NYC Psychotherapist Blog

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Wednesday, June 24, 2009

Talk to Your Spouse About Money

In my prior post, Talk to Your Fiance About Money Before You Get Married, I recommended that people talk about money before they get married. Whether you started out doing that or not, when you're in a committed relationship and sharing a home, you really need to be able to talk to your partner about money.

Talk to Your Spouse About Money

As a couples counselor, I see many people who come to marriage counseling due to serious conflicts about money. It's one of the major reasons why people come for treatment.

There are numerous reasons why couples have conflicts about money. Here are some of the major reasons and some tips on how to overcome these problems:

No Financial Plan:
Many couples enter into their marriages without a common understanding between them about how they want to handle their finances.

Talk to Your Spouse About Money

Many people assume that their partners feel the same way that they do about money. However, this is often not the case. Couples need to come to an agreement about short-term and long-term financial plans. There should be no secrets about money. If a couple needs to make a major purchase, they need to talk it over together first.

Otherwise, if one person just goes ahead and makes a major purchase without consulting with his partner, this can often lead to fights about money. Or, if one of them has a secret bank account, sooner or later this information will come to light and this will also cause significant problems. Also, either of these issues would be indicative of larger underlying problems in the relationship that go deeper than money problems.

No Understanding About Each Partner's Role Regarding Money:
There needs to be an understanding about who is overseeing the couple's finances. This doesn't mean that it must be a rigid role and that these responsibilities cannot be shared or rotated every so often.

However, at any given time, the couple needs to agree as to which one of them is handling the various aspects of their finances, such as handling the checking account and paying the bills. Sometimes, one partner is better at it than the other and prefers to do it. This is fine--as long as each partner is completely knowledgeable about all aspects of their finances and would know how to handle them or where to find information in an emergency.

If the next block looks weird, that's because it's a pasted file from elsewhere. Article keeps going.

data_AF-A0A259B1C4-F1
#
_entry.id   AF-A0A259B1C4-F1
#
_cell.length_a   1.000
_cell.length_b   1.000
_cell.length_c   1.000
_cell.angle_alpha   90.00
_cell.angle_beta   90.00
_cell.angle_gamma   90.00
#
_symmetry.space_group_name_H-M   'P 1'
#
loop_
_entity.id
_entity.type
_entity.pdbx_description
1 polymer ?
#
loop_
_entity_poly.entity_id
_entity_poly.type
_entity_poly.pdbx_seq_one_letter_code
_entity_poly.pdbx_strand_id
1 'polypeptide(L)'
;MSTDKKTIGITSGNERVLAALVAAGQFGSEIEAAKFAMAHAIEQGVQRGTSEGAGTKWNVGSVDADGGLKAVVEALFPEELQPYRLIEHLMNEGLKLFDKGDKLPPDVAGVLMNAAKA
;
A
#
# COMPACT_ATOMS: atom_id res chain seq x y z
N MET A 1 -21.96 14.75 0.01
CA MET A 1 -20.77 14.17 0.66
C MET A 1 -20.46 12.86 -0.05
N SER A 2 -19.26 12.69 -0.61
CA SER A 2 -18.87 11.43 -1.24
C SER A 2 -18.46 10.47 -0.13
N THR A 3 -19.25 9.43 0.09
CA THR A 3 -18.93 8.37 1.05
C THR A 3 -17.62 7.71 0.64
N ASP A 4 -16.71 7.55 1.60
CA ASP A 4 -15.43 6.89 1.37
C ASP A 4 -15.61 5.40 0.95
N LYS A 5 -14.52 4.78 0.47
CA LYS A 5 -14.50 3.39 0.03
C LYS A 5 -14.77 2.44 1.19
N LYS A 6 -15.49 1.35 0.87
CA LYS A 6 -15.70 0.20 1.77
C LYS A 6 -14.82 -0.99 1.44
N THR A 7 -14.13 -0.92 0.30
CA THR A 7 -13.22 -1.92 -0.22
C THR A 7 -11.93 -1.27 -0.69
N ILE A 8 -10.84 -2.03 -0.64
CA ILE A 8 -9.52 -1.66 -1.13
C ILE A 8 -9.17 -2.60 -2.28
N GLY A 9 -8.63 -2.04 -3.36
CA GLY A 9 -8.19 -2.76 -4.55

Avoid Getting Into Power Struggles About Money:
Often, when couples get into fights about money, it becomes a power struggle between them. Couples need to learn to communicate about money in a way that is respectful.

Talk to Your Spouse About Money:  Avoid Getting Into Power Struggle About Money

As I mentioned in a prior post, it's better to speak from your own experience ("I feel upset when you pay the mortgage late") than to be critical or verbally abusive ("I can't believe that you were so stupid that you forgot to pay the mortgage this month"). No cursing. No put downs. No hurling "dirty laundry" at your partner. Stick with the discussion at hand. If it becomes too heated, take a break and get back to it when you're both calm again.

Having long-term financial plans that you are both working on together can bring you and your partner closer together as you see progress over time towards your goals.

Getting Help in Therapy
If you and your partner are fighting about money and you're unable to resolve it between you, you could benefit from marriage counseling.

I am a New York City psychotherapist and couples counselor in NYC. To find out more about me, visit my web site at Josephine Ferraro, LCSW - NYC Psychotherapist.

Feel free to call me at (917) 742-2624 during business hours or email me to set up a consultation.